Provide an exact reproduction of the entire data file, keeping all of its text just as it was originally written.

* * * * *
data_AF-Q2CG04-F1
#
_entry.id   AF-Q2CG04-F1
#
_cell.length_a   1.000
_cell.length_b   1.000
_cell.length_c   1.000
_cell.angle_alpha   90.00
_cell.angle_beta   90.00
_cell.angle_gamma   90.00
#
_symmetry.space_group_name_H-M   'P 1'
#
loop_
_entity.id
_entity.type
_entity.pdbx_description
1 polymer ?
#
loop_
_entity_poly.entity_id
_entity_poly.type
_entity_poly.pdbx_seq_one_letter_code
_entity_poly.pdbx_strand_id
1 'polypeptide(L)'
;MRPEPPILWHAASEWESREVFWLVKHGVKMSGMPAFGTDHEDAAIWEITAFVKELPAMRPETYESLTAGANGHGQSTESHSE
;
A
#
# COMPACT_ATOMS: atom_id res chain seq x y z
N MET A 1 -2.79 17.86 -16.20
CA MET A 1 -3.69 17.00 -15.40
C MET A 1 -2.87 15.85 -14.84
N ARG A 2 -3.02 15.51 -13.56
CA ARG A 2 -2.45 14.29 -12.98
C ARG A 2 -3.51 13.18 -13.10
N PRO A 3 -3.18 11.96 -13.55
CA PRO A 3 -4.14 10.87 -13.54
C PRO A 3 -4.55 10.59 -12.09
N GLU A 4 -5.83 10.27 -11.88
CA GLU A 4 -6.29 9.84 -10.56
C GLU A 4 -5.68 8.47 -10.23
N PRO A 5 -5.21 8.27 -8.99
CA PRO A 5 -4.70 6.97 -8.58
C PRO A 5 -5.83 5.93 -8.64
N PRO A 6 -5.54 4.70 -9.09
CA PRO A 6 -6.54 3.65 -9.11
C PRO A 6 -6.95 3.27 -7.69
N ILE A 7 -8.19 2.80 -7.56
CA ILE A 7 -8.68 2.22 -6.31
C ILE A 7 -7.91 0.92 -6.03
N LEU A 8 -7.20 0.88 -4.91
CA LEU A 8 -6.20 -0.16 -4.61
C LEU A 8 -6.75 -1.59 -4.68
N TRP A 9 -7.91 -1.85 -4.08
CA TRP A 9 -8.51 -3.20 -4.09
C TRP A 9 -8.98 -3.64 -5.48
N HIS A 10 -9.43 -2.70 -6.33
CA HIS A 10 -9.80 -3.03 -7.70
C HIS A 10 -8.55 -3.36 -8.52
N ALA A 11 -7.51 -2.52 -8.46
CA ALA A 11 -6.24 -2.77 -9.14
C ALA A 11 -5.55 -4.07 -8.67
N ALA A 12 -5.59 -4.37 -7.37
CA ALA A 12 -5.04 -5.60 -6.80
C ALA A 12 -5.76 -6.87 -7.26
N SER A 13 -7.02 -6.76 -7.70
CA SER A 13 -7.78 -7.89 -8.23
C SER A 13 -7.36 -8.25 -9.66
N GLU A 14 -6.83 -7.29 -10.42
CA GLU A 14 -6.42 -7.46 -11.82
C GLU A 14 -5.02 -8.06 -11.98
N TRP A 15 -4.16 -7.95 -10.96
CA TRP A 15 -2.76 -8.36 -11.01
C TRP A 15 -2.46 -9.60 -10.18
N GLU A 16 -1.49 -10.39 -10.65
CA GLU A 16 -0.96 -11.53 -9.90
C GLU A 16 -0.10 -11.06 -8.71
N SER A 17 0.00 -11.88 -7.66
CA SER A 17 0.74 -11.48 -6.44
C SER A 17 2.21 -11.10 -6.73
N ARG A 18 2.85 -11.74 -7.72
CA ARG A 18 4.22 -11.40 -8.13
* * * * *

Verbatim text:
data_AF-Q2CG04-F1
#
_entry.id   AF-Q2CG04-F1
#
_cell.length_a   1.000
_cell.length_b   1.000
_cell.length_c   1.000
_cell.angle_alpha   90.00
_cell.angle_beta   90.00
_cell.angle_gamma   90.00
#
_symmetry.space_group_name_H-M   'P 1'
#
loop_
_entity.id
_entity.type
_entity.pdbx_description
1 polymer ?
#
loop_
_entity_poly.entity_id
_entity_poly.type
_entity_poly.pdbx_seq_one_letter_code
_entity_poly.pdbx_strand_id
1 'polypeptide(L)'
;MRPEPPILWHAASEWESREVFWLVKHGVKMSGMPAFGTDHEDAAIWEITAFVKELPAMRPETYESLTAGANGHGQSTESHSE
;
A
#
# COMPACT_ATOMS: atom_id res chain seq x y z
N MET A 1 -2.79 17.86 -16.20
CA MET A 1 -3.69 17.00 -15.40
C MET A 1 -2.87 15.85 -14.84
N ARG A 2 -3.02 15.51 -13.56
CA ARG A 2 -2.45 14.29 -12.98
C ARG A 2 -3.51 13.18 -13.10
N PRO A 3 -3.18 11.96 -13.55
CA PRO A 3 -4.14 10.87 -13.54
C PRO A 3 -4.55 10.59 -12.09
N GLU A 4 -5.83 10.27 -11.88
CA GLU A 4 -6.29 9.84 -10.56
C GLU A 4 -5.68 8.47 -10.23
N PRO A 5 -5.21 8.27 -8.99
CA PRO A 5 -4.70 6.97 -8.58
C PRO A 5 -5.83 5.93 -8.64
N PRO A 6 -5.54 4.70 -9.09
CA PRO A 6 -6.54 3.65 -9.11
C PRO A 6 -6.95 3.27 -7.69
N ILE A 7 -8.19 2.80 -7.56
CA ILE A 7 -8.68 2.22 -6.31
C ILE A 7 -7.91 0.92 -6.03
N LEU A 8 -7.20 0.88 -4.91
CA LEU A 8 -6.20 -0.16 -4.61
C LEU A 8 -6.75 -1.59 -4.68
N TRP A 9 -7.91 -1.85 -4.08
CA TRP A 9 -8.51 -3.20 -4.09
C TRP A 9 -8.98 -3.64 -5.48
N HIS A 10 -9.43 -2.70 -6.33
CA HIS A 10 -9.80 -3.03 -7.70
C HIS A 10 -8.55 -3.36 -8.52
N ALA A 11 -7.51 -2.52 -8.46
CA ALA A 11 -6.24 -2.77 -9.14
C ALA A 11 -5.55 -4.07 -8.67
N ALA A 12 -5.59 -4.37 -7.37
CA ALA A 12 -5.04 -5.60 -6.80
C ALA A 12 -5.76 -6.87 -7.26
N SER A 13 -7.02 -6.76 -7.70
CA SER A 13 -7.78 -7.89 -8.23
C SER A 13 -7.36 -8.25 -9.66
N GLU A 14 -6.83 -7.29 -10.42
CA GLU A 14 -6.42 -7.46 -11.82
C GLU A 14 -5.02 -8.06 -11.98
N TRP A 15 -4.16 -7.95 -10.96
CA TRP A 15 -2.76 -8.36 -11.01
C TRP A 15 -2.46 -9.60 -10.18
N GLU A 16 -1.49 -10.39 -10.65
CA GLU A 16 -0.96 -11.53 -9.90
C GLU A 16 -0.10 -11.06 -8.71
N SER A 17 0.00 -11.88 -7.66
CA SER A 17 0.74 -11.48 -6.44
C SER A 17 2.21 -11.10 -6.73
N ARG A 18 2.85 -11.74 -7.72
CA ARG A 18 4.22 -11.40 -8.13